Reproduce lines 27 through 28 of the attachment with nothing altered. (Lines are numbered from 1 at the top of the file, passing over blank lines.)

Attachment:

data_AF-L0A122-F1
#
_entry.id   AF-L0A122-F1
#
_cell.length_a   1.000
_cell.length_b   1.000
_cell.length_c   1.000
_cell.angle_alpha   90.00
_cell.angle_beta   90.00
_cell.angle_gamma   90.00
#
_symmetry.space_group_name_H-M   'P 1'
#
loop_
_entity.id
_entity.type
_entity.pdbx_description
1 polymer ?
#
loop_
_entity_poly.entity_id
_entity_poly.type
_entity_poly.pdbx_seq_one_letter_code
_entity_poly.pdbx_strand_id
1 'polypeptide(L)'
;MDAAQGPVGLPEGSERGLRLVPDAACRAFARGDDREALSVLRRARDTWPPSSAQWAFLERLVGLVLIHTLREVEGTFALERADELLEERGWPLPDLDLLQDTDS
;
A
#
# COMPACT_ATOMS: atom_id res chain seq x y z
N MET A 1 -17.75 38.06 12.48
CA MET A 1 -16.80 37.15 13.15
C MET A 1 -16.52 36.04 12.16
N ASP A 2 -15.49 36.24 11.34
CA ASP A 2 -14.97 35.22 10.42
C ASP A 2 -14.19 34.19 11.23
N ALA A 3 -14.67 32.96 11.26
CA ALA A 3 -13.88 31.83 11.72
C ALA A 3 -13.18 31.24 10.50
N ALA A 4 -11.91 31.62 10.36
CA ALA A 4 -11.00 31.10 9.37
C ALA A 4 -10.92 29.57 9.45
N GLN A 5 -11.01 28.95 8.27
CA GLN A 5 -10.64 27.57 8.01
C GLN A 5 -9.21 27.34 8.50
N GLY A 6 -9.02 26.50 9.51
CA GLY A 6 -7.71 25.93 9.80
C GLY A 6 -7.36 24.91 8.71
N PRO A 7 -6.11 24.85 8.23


;
A